To better protect children, pets and wildlife, the U.S. Environmental Protection Agency announced today that it is moving to ban the sale to residential consumers of the most toxic rat and mouse poisons, as well as most loose bait and pellet products. The agency is also requiring that all newly registered rat and mouse poisons marketed to residential consumers be enclosed in bait stations that render the pesticide inaccessible to children and pets.
Computer simulation studies by scientists at the U.S. Department of Agriculture (USDA) suggests that a dairy cow living year-round in the great outdoors may leave a markedly smaller ecological hoofprint than its more sheltered sisters. Agricultural Research Service (ARS) agricultural engineer Al Rotz led a team that evaluated how different management systems on a typical 250-acre Pennsylvania dairy farm would affect the environment.
The halls of the Penn Stater Conference Center bustled with excited people from all walks of life who came to learn about and show support for sustainable agriculture at the 20th annual Pennsylvania Association for Sustainable Agriculture Conference. I was there to learn about biodiesel and attend the workshop ‘Energy Efficiency & Renewables: Improving Your Bottom Line and the Health of the Environment.’ As I finished my cookies and organic milk, I dodged some fellow attendees and slipped into the workshop room where John Williamson, a farm scale biodiesel producer, was presenting. Williamson’s family business, State Line Farm Biofuels, is located on the southern edge of Vermont and has stirred up a lot of interest in the biodiesel world.
March 16, 2011 is a day to remember in the history of organic agriculture as it marked the start of the first USDA conference dedicated to organic farming. The Organic Farming Systems Research Conference: Exploring Agronomic, Economic, Ecological, and Social Dimensions was the result of a cooperative effort by multiple entities within USDA (ERS, ARS, NIFA, OSEC, OCS) and stakeholder organizations the Organic Farming Research Foundation and the Organic Trade Association. One of the goals of the conference was to bring together research experts and industry representatives from across the country to review the science on organic agriculture and develop a research agenda for the future. The organizers really hit their mark, as the conference was packed with fascinating material ranging from hard data from prominent researchers to real-life experiences from outstanding organic famers.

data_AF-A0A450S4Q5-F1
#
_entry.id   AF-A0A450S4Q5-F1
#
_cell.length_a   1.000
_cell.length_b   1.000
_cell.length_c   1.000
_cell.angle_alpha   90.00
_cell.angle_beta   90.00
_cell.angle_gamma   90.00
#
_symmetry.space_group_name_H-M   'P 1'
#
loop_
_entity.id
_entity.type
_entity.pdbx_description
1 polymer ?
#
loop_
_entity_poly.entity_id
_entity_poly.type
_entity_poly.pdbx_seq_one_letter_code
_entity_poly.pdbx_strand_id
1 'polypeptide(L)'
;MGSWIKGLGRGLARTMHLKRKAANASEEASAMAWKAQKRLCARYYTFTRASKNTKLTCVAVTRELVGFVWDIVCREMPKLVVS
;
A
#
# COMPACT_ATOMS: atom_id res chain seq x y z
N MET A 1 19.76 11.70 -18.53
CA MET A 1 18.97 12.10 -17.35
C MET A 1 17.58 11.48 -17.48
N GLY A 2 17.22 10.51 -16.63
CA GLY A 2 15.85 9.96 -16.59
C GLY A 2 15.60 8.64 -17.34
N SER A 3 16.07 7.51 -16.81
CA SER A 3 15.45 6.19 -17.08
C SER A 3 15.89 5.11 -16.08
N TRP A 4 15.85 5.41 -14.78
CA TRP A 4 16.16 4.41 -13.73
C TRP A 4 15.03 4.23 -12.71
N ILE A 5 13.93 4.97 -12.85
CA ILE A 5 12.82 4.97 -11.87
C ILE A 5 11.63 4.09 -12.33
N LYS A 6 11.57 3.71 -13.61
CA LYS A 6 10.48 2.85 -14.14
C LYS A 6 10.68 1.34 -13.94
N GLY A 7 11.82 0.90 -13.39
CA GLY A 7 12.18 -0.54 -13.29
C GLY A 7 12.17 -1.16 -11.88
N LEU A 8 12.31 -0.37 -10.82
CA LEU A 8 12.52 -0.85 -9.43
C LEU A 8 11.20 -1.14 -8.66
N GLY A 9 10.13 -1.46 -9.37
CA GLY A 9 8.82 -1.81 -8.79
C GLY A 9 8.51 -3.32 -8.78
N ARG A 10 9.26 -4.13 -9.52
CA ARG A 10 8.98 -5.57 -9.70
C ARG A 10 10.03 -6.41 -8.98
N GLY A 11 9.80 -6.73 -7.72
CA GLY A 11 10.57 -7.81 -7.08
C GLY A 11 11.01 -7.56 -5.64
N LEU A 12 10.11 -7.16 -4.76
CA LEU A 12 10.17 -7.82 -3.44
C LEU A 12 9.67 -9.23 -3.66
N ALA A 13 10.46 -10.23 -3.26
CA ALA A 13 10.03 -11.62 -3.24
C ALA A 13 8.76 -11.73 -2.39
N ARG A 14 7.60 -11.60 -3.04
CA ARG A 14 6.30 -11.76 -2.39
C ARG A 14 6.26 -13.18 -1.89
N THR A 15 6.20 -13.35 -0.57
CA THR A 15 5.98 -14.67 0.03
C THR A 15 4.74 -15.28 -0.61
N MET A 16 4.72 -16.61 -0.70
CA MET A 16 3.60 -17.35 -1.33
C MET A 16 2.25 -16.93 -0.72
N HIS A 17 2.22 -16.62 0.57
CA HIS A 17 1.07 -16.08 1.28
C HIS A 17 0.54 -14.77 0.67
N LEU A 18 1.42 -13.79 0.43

In late March 2011, the Central Susquehanna Valley Organic Crop Growers Network met over breakfast to discuss tillage and pest management practices. The meeting was hosted by Columbia Co. Cooperative Extension Educator, Dave Hartman, at the Watson Inn in Watsontown, PA. Three members of the network shared presentations with the group about their experience with various tillage and pest management practices.
20 Beginning farmers learned how to remove greenhouse plastic and many other details of Teena Bailey's passive solar set-up at Red Cat Farm. Wendy Gloffke, Penn State Extension Master Gardener, shares some of the day's highlights in this blog from the Mcall.com.